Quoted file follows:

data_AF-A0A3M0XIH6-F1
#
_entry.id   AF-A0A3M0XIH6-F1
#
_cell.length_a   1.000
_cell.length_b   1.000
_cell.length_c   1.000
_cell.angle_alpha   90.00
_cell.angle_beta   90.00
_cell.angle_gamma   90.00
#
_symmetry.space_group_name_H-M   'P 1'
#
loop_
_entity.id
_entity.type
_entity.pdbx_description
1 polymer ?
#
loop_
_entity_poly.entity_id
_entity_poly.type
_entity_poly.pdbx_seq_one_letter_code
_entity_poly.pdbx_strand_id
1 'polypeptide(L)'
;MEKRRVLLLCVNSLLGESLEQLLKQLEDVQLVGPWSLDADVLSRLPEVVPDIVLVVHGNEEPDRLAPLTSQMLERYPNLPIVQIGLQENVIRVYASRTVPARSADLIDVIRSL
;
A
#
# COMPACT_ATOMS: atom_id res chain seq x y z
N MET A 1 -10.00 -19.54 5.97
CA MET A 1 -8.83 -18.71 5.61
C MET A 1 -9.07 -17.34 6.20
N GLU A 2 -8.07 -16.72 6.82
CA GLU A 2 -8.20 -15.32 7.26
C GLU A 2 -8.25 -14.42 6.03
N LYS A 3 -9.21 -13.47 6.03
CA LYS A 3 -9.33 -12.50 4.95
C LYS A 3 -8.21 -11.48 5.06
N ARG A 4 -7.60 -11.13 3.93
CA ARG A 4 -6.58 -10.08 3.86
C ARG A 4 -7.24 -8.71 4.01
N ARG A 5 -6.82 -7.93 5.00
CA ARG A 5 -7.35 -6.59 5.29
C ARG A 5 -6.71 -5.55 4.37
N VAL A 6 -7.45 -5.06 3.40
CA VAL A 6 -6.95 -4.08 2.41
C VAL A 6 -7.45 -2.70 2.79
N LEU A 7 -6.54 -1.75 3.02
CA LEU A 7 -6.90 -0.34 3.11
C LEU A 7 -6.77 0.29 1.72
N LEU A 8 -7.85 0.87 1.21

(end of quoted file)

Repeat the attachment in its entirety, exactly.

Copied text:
data_AF-A0A3M0XIH6-F1
#
_entry.id   AF-A0A3M0XIH6-F1
#
_cell.length_a   1.000
_cell.length_b   1.000
_cell.length_c   1.000
_cell.angle_alpha   90.00
_cell.angle_beta   90.00
_cell.angle_gamma   90.00
#
_symmetry.space_group_name_H-M   'P 1'
#
loop_
_entity.id
_entity.type
_entity.pdbx_description
1 polymer ?
#
loop_
_entity_poly.entity_id
_entity_poly.type
_entity_poly.pdbx_seq_one_letter_code
_entity_poly.pdbx_strand_id
1 'polypeptide(L)'
;MEKRRVLLLCVNSLLGESLEQLLKQLEDVQLVGPWSLDADVLSRLPEVVPDIVLVVHGNEEPDRLAPLTSQMLERYPNLPIVQIGLQENVIRVYASRTVPARSADLIDVIRSL
;
A
#
# COMPACT_ATOMS: atom_id res chain seq x y z
N MET A 1 -10.00 -19.54 5.97
CA MET A 1 -8.83 -18.71 5.61
C MET A 1 -9.07 -17.34 6.20
N GLU A 2 -8.07 -16.72 6.82
CA GLU A 2 -8.20 -15.32 7.26
C GLU A 2 -8.25 -14.42 6.03
N LYS A 3 -9.21 -13.47 6.03
CA LYS A 3 -9.33 -12.50 4.95
C LYS A 3 -8.21 -11.48 5.06
N ARG A 4 -7.60 -11.13 3.93
CA ARG A 4 -6.58 -10.08 3.86
C ARG A 4 -7.24 -8.71 4.01
N ARG A 5 -6.82 -7.93 5.00
CA ARG A 5 -7.35 -6.59 5.29
C ARG A 5 -6.71 -5.55 4.37
N VAL A 6 -7.45 -5.06 3.40
CA VAL A 6 -6.95 -4.08 2.41
C VAL A 6 -7.45 -2.70 2.79
N LEU A 7 -6.54 -1.75 3.02
CA LEU A 7 -6.90 -0.34 3.11
C LEU A 7 -6.77 0.29 1.72
N LEU A 8 -7.85 0.87 1.21